25 March 1958
Mr. Norman Cousins
The Saturday Review
25 West 45th Street
New York, New York
Dear Mr. Cousins:
I am writing in part to express to you my personal appreciation for the many fine
actions that you have been taking about the great world's problem that must be solved.
In particular, I wish to tell you how much I have liked some of the editorials that
you have written in The Saturday Review.
The editorial in the 15 March issue, entitled "Dr. Teller and the Spirit of Adventure,"
seemed to me to be less effective than others that you have written, and also less
effective than the book review by Dr. John M. Fowler in the 22 March issue. I shall
mention only one point about your editorial. You say that "A report for the AEC
made public very recently revealed that radioactive strontium in the bones of American
adults has increased thirty percent as the result of nuclear tests. The radioactive
strontium in the bones of children has increased fifty percent, according to the same
report." I do not know just what you are saying here. Perhaps you mean during one
or two years these increases took place. Of course, no American adults and no American
children had any radioactive strontium in their bones a few decades ago, so that the
increase as the result of nuclear tests.
Also, later on there occurs the sentence "At the end of twenty-eight years, the radioactive
strontium in the air still retains half its strength." This would be a satisfactory
statement if the words "in the air" were left out. With these words, it is hard
to know what the statement is supposed to mean.
I think that your discussion of radium dials of wrist watches is not very good.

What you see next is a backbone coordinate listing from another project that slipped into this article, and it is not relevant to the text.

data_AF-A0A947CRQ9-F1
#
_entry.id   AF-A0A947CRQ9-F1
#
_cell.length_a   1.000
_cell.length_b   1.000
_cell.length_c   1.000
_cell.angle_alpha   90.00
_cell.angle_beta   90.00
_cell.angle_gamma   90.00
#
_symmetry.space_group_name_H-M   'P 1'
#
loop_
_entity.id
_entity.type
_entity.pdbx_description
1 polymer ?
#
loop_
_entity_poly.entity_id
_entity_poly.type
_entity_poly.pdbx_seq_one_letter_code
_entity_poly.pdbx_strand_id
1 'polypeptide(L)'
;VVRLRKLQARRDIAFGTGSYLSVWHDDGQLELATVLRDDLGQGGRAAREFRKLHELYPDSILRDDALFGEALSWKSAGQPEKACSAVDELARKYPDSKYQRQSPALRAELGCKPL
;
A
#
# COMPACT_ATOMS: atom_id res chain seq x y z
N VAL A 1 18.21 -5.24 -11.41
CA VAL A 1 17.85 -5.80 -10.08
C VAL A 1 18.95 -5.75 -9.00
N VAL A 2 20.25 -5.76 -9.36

One should not call this radiation "the infinitesimal amount." Also, I doubt that
the statement is true that the peril of radioactive fallout is less than that represented
by the radiation from the radium dial of a wrist watch. The reference to opening the
face of the watch and eating the radium seems to me to be of no significance, and
it serves only to confuse the issue.
I should like to see your efforts as effective as possible, and I believe that they
could be made still more effective if you were to receive good advice about scientific
questions. I should, of course, be pleased to have you call upon me at any time.
If you would like me to do so, I could give you other examples of statements in your
editorial that seem to me to be more or less unsatisfactory. Perhaps I should give
you one more example now. You say "Every particle of radioactive strontium taken
into the body is stored by the body..." This statement is not true. Most of the radioactive
strontium taken into the body is excreted again, and only a fraction, usually a small
fraction, is stored in the body. If Dr. Teller were to reply to your editorial,
he could quite properly attack it on the grounds that you make untrue and exaggerated
statements about fallout
I note that you repeat this untrue statement near the end of the article, saying "Every
little bit that enters the body is stored..."
Let me repeat my offer to you to assist in any way that I can. I have had a great
deal of experience in the various scientific fields that relate to this question -
the biological and medical as well as the physical and chemical. I have read and
thought a great deal about these matters, and I know what the pitfalls are. In all
of my writings and public statements I have taken great care to avoid exaggeration
and to avoid the use of untrue or misleading statements. I know, however, how easy
it is to make a statement that turns out not to be quite correct.
There is a question that I should like to ask you. On 13 January 1958 I sent to you
a news release that I had prepared about the petition by myself and 9235 scientists
to the United Nations. This petition is mentioned in the 15 March issue. I have
not seen all of the issues of The Saturday Review this year, but I do not remember
having seen any earlier mention of the petition. I should be pleased if you could
send me tear sheets of earlier mention of the petition in The Saturday Review. I
am especially interested in this petition because it was almost entirely the result
of my own effort. The job of gathering the signatures was done very largely by me,
with the help of a few volunteers, and a secretary whom I employed for the purpose,
on a part-time basis. Almost the entire cost of gathering the signatures was borne
by me, and, in fact, the total cost was not very great.
Linus Pauling: LL